uc.158− expression in human hepatocarcinoma (HCC) tissues. (A) Formalin-fixed paraffin-embedded human liver tissues have been analysed for the expression of uc.158− by RNA in situ hybridisation and for CTNNB1 protein expression by immunohistochemistry. Scale bars: 200 μM for the top and bottom line, 50 μM for the second line. (B) DNA and RNA were extracted from 15 frozen HCC tissues and used for uc.158− expression by real-time PCR and sequencing analysis for APC, AXIN1 and exon 3 of CTNNB1. The circled orange dot represents a case with mutation of APC. Bars represent median with IQR. Mann-Whitney test, exact two-tailed p value: 0.04.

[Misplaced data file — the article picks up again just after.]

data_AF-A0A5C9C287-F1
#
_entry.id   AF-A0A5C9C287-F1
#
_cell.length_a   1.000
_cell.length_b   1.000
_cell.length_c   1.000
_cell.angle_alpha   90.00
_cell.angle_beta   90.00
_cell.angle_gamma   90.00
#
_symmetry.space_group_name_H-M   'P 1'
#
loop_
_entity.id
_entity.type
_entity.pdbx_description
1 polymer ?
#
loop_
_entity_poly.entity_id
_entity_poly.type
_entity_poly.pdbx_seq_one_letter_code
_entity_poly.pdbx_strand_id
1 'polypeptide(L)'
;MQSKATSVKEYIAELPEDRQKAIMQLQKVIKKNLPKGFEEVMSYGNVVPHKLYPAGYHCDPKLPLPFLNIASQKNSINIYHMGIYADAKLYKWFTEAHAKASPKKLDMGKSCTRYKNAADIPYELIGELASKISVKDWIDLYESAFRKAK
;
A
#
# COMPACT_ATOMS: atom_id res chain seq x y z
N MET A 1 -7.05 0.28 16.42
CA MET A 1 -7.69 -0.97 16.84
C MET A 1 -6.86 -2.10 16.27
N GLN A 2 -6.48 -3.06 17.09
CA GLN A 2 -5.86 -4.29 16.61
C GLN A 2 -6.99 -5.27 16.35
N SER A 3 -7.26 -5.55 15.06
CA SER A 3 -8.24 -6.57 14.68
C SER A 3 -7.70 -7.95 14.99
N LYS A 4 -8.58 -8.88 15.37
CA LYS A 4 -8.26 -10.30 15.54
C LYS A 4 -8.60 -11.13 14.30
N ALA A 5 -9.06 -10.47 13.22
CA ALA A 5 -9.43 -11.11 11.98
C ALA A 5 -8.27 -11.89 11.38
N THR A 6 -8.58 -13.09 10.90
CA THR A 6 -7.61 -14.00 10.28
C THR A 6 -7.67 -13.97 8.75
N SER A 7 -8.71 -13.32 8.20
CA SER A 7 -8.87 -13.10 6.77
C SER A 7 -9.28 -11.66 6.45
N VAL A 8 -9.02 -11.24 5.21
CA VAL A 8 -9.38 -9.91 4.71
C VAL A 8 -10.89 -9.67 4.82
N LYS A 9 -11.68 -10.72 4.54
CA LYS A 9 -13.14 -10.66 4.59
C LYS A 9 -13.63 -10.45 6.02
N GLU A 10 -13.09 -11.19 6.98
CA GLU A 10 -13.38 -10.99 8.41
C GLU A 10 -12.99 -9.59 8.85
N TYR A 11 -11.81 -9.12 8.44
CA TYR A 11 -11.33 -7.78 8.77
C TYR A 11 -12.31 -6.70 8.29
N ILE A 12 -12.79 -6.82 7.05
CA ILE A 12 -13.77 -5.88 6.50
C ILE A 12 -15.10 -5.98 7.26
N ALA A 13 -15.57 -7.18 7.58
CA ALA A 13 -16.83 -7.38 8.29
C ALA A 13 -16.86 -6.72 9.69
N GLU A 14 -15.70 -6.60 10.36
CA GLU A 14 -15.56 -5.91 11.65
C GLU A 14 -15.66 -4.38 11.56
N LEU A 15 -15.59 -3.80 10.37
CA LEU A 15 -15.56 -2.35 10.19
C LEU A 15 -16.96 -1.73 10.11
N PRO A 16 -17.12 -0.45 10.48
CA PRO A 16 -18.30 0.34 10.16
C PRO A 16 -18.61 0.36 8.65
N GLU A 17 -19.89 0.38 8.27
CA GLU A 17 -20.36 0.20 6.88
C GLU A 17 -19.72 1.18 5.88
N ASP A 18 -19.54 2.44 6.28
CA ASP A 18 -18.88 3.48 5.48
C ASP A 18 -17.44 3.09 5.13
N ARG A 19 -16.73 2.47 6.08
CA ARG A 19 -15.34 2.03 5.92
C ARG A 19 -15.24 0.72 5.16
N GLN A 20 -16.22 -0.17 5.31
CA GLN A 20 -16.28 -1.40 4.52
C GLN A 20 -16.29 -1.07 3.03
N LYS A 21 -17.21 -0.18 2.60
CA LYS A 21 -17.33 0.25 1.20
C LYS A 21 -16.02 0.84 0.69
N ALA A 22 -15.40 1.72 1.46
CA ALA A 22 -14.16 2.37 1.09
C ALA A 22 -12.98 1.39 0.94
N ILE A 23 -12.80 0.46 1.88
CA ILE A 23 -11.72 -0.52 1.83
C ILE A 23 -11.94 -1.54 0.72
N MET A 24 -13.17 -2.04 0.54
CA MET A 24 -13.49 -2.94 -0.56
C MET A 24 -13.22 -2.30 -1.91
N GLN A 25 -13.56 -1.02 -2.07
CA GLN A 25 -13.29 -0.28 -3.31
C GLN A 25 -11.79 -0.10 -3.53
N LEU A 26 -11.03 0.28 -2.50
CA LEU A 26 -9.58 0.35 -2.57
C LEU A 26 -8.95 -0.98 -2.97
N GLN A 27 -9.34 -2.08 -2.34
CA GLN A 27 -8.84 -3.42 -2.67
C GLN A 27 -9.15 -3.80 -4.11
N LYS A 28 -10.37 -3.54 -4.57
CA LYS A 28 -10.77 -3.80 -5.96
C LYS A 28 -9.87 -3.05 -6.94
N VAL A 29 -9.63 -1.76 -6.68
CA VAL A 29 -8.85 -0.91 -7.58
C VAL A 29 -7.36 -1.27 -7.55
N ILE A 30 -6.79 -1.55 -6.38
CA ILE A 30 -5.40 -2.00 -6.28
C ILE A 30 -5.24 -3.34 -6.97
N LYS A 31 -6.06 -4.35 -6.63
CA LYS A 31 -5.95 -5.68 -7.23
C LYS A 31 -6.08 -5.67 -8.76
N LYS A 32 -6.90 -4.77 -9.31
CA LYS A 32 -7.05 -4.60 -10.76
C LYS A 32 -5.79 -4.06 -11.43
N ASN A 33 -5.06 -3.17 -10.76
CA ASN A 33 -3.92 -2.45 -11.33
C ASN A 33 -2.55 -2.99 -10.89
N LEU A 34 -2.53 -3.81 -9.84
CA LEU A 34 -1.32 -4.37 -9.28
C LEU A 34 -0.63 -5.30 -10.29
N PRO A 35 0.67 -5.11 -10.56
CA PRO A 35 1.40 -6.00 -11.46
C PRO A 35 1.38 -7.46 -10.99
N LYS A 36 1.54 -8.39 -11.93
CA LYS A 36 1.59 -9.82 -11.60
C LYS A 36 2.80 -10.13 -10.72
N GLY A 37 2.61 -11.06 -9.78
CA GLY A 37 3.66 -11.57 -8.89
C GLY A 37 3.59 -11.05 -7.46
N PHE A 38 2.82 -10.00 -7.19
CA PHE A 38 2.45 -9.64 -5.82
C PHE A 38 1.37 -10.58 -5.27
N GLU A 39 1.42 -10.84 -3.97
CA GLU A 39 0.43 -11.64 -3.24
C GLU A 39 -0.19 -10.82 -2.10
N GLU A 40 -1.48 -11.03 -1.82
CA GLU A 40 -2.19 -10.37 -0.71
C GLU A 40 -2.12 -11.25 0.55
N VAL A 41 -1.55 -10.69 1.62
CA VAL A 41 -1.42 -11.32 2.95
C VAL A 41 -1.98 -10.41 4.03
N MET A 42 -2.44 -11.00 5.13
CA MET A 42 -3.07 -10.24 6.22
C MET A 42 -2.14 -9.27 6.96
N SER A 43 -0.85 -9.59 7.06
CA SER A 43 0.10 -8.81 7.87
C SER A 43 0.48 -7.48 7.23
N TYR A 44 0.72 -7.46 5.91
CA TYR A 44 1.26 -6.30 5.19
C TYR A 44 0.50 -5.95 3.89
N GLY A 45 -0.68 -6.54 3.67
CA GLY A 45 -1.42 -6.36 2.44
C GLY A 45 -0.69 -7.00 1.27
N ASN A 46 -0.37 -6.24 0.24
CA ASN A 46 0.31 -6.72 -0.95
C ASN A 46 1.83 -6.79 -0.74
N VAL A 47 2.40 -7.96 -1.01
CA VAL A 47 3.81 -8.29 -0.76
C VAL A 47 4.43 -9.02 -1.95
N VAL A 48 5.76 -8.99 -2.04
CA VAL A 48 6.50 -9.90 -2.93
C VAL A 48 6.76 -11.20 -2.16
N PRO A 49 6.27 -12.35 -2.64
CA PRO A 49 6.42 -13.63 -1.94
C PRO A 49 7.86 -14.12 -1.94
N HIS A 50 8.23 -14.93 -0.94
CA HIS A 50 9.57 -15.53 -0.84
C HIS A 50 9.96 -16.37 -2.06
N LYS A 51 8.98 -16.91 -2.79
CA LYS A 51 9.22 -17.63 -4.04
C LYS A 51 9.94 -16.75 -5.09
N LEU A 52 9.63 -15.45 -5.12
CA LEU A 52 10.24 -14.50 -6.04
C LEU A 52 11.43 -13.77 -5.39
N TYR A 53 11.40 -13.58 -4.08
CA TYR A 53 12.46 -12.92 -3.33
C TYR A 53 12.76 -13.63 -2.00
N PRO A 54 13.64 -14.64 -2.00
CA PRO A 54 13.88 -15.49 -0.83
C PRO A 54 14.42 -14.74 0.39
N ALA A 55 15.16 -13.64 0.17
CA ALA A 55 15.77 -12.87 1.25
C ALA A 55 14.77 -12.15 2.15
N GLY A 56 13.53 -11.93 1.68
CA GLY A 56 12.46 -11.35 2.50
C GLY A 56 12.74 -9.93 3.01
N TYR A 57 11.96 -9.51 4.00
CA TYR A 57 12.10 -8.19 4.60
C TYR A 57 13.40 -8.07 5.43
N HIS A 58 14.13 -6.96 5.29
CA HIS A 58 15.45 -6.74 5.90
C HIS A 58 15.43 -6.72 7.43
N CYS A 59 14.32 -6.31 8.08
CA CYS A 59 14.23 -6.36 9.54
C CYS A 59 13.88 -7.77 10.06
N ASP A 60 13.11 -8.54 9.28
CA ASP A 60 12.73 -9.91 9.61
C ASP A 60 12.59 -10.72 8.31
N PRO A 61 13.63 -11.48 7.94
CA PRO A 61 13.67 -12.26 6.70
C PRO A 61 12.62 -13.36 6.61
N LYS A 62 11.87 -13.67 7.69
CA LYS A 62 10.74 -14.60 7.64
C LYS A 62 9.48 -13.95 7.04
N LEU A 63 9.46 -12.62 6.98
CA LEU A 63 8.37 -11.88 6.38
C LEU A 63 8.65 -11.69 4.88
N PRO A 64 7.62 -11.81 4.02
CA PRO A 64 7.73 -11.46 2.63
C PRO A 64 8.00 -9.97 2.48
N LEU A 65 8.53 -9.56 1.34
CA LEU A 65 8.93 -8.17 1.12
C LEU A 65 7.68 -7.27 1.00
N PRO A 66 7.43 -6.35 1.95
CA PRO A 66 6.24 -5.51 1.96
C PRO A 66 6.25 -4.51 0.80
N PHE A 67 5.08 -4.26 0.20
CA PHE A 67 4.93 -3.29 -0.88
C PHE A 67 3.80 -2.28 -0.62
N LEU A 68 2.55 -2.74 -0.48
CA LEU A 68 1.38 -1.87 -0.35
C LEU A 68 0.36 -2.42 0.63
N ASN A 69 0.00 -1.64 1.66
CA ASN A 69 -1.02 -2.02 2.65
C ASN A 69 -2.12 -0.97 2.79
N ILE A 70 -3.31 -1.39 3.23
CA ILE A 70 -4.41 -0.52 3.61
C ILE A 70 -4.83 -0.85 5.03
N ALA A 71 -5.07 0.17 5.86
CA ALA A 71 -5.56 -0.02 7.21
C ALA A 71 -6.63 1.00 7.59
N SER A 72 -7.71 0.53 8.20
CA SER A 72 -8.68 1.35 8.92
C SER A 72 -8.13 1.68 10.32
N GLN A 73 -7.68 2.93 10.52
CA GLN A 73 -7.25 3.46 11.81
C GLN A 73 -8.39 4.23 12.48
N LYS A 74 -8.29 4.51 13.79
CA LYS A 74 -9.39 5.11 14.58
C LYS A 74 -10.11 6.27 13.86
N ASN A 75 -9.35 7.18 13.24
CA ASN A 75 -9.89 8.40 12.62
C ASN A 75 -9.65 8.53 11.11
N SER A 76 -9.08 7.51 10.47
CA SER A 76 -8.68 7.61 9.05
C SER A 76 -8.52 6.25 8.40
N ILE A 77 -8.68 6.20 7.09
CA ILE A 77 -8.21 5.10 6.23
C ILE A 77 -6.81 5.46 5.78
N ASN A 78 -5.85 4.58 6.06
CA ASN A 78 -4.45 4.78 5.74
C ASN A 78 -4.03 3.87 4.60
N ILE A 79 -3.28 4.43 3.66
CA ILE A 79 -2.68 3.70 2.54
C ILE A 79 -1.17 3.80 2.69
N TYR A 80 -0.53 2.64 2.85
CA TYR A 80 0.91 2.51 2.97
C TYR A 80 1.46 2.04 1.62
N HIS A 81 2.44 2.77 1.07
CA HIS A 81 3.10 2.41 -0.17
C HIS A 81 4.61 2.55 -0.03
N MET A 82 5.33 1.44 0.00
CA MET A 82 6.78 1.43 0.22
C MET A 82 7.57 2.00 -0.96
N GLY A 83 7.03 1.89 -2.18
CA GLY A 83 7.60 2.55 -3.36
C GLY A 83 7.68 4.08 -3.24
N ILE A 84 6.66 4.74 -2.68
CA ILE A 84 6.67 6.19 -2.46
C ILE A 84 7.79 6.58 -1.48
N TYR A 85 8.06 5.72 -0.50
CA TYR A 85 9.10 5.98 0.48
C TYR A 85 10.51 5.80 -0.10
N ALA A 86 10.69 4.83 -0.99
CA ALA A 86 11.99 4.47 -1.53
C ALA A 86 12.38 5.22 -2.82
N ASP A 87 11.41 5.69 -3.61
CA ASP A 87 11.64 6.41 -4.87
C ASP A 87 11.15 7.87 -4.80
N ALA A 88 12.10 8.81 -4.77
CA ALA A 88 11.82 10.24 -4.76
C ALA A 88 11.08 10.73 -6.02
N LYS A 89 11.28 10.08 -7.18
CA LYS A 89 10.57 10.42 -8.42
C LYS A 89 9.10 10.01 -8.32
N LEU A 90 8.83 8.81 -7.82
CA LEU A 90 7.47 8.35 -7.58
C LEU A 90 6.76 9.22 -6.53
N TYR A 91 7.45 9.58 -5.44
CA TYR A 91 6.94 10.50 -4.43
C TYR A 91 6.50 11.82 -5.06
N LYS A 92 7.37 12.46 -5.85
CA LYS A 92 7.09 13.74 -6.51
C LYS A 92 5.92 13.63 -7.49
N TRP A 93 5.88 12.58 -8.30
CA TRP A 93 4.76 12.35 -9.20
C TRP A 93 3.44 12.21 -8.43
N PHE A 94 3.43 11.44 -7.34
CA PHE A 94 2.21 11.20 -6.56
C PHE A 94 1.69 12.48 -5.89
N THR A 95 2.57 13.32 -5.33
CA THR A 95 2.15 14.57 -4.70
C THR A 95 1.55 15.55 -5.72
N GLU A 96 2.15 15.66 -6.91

Figure 4

Apc deletion does not induce uc.158− in the absence of tumour. Conditional Apc deletion induced by β-napthoflavone injection in AhCre+Apc+/+ and AhCre+Apcfl/fl mice on day 1. Mice (n=3 for each group) were euthanised on day 4, and liver weighed and processed for downstream analyses. (A) IHC analysis for CTNNB1 and BrDU. Scale bar: 10 μM (B) Liver weight is expressed as percentage of the whole body weight (median and range). (C) Expression of uc.158− (median and range).

Uc.158− in CCA